necessary.  It was simply used to make the alternatives discoverable,
and to manage the symlinks themselves in a well defined manner.

Further out, though, I think there's ample opportunity for
documentation and education.

>> More importantly, I would like one package's postinst maintainer
>> script to be able take another package that it depends upon and turn
>> its conffile into a dotdee managed file, such that it could append or
>> prepend configuration information necessary for proper operation.
>> This, of course, would require significant buy-in from Debian, and
>> entail various appropriate policy updates.
> That in essence is just diverting conffiles, and I think it's at least
> for distributions a bad idea, for personal use I don't see any problem
> with it though. If a package needs to modify the behaviour of another
> one it should do it in concordance with the other package, and not
> under its feet. Usually in that case the package provides an interface
> to modify the configuration file, or provides a .d config directory.
> That should currenty be described already in policy.

Understood.  It's that part of the policy that I would like to see a
tool designed to work within the spirit of, but perhaps modernized and
extended a bit.

>> In terms of supported configuration file types, dotdee would
>> eventually need some code for handling some particular configuration
>> file types.  The current, basic implementation works well for
>> sequentially evaluated file types (like sourced shell scripts), python
>> config parser, and even windows ini file syntax.  On the other hand,
>> something like XML would not immediately work in the current dotdee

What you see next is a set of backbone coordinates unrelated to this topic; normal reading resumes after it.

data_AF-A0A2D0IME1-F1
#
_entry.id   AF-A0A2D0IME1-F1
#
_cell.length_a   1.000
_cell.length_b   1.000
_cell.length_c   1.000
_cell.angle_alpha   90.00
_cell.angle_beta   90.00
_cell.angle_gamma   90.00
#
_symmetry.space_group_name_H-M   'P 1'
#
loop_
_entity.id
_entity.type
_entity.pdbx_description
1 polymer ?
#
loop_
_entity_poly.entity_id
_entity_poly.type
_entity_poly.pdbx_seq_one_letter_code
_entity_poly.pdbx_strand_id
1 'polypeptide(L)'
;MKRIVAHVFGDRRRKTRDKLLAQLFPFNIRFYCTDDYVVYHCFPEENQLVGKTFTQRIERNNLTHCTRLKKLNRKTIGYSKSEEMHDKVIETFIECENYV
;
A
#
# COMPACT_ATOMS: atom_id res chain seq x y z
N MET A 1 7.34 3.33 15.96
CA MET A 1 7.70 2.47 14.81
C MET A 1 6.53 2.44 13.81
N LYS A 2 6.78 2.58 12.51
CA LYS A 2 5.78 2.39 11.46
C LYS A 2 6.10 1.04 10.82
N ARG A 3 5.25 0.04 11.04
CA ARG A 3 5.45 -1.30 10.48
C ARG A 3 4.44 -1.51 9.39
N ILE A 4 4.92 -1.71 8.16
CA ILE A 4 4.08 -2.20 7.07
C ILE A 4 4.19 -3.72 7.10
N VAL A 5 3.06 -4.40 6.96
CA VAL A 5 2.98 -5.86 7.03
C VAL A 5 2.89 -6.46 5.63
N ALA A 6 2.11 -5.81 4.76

>> implementation.  For that, I've thought a bit about a similar
>> approach, constructing the conffile from a quilt directory of numbered
>> patch files.  If you're interested in this approach, I can describe
>> that in more detail, too, and perhaps implement another prototype.
> To be honest, that sounds like a hack to me. :) But if you are
> interested to still go this route, then maybe Config::Model might be
> useful to you? In any case, the application handling the configuration
> files is in the best place to know its internal layout, and how to
> handle it.

Oh, it's no doubt a hack!  The current implementation of dotdee was
less than a day's worth of work and smoke testing.  The goal was
simply to put together enough of a functional hack to generate some
discussion about it, and propose the idea as a potential approach.

Thanks for the Config::Model reference, as yes, this would be a useful library.

> So all in all, I don't think this is the right way to solve the problem
> you describe. And while I also think the conffile handling in dpkg can
> be improved, in this case the correct solution seems to me, to be to
> add .d support to the needed applications.

I'm a little de-motivated by that assessment, and I'd like to think
that we could do better in Debian, Ubuntu, and dpkg, but in any case,
thank you for your careful review!


Dustin Kirkland
Ubuntu Core Developer